Bodies of Water: Introduction
Maximize artistic flexibility with your shaders.
This is the first Shader Forge lesson that involves the common material quality of transparency known as "Refractions". Historically, raytraced refractions are slow to render and a little scary, especially blurry refractions. However the Cycles engine handles them quite well. This short course is about building a flexible, node-based material for use as different bodies of waters.
What you Will Learn
If you're unfamiliar with the Shader Forge series, keeping the instruction procedural is consistently the goal. You will see how every part of the shader is achieved without the use of texture maps. Another key element of Shader Forge is to keep shaders as flexible as possible so they facilitate art direction.
- Lesson 1: Wave structure is important for achieving the surface choppiness common in oceans, lakes, and pools. We will implement this at the geometric level, displacing the highly-subdivided mesh with a node-based texture. This texture is a combination of layered voronoi's.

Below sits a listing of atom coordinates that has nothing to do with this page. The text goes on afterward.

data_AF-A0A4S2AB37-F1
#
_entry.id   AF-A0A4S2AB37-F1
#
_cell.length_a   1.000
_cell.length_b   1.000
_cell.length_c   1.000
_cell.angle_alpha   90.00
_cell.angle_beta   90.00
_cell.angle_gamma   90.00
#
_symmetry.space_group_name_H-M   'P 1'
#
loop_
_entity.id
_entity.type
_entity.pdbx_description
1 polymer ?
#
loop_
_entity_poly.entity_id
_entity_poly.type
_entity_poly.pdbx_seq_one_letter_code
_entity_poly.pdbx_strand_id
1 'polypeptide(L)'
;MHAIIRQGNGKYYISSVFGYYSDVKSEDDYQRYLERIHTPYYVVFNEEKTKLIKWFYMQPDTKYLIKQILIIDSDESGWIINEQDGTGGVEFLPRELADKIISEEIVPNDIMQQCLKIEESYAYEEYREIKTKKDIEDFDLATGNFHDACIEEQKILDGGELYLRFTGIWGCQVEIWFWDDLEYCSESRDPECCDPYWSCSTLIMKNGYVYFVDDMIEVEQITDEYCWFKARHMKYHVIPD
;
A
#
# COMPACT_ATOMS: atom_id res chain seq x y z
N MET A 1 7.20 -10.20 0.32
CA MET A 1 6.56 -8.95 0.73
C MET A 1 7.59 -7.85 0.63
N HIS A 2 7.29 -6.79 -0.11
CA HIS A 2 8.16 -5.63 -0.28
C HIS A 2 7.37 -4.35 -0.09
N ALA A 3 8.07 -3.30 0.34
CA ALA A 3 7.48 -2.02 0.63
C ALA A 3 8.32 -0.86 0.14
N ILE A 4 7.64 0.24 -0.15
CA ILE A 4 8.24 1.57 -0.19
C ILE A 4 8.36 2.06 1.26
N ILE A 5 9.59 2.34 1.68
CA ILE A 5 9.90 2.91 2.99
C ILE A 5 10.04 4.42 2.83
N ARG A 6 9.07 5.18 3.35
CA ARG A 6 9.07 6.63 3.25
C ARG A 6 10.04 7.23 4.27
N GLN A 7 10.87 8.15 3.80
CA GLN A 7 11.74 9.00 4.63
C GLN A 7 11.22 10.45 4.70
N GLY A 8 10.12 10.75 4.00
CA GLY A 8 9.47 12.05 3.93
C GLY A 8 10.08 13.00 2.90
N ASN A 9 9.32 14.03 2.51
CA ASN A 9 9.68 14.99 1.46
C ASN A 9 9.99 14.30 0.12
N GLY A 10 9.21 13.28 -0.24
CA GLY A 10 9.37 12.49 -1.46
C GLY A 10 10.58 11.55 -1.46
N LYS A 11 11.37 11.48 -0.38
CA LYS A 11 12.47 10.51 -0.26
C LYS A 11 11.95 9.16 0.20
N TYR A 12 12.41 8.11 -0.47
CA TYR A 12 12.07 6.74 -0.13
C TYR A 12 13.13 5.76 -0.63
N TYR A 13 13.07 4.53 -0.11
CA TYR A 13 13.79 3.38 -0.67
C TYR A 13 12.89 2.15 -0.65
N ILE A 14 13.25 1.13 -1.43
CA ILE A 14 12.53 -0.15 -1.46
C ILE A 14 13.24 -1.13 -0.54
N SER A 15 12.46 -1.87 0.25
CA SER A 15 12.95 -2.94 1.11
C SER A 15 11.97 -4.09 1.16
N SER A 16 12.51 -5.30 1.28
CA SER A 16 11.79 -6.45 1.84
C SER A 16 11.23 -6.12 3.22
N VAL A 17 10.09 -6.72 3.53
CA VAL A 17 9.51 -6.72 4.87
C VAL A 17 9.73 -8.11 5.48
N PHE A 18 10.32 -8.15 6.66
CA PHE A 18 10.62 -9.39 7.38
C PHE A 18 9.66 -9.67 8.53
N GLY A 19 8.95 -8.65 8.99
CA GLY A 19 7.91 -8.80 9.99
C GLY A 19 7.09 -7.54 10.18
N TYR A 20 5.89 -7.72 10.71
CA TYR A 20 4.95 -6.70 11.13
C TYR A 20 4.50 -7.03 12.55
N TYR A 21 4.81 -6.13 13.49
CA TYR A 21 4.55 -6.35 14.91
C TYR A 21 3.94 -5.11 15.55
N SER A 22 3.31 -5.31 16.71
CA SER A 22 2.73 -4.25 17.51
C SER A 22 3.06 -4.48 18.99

- Lesson 2: This is where we add the Refractive and Reflective qualities of the material. You will see how versatile Cycles' nodes can be for forcing optimizations, fine-tuning absorption, and segregating refractions and reflections so they can be manipulated independently for maximum user-control.
- Lesson 3: With refraction comes Caustics which is the effect of light passing through, being bent/magnified, and finally projected out the other side of a refractive material. This is most commonly seen in swimming pools. In lesson 3 you will see a clever technique for faking caustics (credit to Bassam Kurdali) to achieve both faster render times and additional artistic control. The first half of the lesson covers initial implementation while the second half demonstrates it's practical use in a swimming pool.
- Lesson 4: Finally to conclude the course, I will demonstrate two practical examples of this shader working as unique bodies of water - An ocean and a lake.